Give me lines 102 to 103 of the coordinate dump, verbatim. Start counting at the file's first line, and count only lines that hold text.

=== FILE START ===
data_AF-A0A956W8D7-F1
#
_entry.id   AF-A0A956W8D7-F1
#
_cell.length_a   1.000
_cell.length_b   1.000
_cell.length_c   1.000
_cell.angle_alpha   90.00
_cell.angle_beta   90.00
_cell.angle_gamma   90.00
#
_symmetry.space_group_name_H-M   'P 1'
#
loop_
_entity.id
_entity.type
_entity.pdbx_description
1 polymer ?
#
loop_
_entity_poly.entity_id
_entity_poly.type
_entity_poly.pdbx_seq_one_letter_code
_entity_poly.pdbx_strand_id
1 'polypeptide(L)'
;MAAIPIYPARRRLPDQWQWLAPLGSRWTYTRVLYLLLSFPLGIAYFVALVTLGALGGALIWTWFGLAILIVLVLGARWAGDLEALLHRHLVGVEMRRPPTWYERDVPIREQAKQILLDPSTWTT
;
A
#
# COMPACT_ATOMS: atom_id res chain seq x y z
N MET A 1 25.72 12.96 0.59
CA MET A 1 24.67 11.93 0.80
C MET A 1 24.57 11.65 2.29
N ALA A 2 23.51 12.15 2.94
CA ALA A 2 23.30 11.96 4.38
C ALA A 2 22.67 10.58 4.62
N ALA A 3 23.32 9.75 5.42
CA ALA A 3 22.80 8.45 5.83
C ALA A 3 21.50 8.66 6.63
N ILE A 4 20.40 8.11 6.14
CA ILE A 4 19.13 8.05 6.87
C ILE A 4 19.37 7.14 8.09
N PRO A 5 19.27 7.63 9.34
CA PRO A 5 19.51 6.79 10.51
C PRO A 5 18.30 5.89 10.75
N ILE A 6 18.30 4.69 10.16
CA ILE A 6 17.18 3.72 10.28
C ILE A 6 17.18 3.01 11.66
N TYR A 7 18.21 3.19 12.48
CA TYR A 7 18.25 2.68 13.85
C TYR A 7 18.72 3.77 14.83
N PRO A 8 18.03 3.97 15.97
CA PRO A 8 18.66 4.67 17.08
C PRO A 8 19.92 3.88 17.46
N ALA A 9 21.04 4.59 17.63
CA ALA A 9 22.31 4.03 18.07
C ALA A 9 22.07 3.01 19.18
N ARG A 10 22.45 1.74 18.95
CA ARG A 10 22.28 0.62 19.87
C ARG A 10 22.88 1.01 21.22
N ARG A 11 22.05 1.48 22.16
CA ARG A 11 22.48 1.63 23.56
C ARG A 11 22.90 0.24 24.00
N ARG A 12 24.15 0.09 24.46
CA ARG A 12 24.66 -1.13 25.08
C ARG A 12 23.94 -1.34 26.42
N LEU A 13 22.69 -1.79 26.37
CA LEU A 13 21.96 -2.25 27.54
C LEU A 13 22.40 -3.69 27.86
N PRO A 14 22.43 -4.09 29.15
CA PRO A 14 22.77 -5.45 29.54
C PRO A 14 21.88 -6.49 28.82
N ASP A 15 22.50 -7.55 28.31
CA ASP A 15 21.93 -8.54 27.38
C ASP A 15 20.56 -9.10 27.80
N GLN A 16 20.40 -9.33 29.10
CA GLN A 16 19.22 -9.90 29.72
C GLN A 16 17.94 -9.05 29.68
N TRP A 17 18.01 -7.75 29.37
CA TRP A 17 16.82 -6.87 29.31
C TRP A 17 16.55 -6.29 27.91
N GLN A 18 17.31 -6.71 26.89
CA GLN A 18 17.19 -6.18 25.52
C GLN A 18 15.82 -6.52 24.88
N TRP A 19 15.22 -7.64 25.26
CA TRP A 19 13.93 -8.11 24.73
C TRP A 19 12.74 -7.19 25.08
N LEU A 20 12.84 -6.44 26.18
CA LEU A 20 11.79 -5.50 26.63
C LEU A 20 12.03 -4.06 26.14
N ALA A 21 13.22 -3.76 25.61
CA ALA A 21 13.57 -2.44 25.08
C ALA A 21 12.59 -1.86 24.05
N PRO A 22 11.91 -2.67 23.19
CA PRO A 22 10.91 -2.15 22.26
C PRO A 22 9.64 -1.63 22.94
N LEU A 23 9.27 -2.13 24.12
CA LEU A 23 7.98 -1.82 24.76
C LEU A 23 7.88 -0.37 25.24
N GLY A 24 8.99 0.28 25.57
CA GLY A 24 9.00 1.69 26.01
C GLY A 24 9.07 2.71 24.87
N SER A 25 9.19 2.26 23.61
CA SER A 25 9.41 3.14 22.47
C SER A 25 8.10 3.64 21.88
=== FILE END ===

C GLY A 24 9.07 2.71 24.87
N SER A 25 9.19 2.26 23.61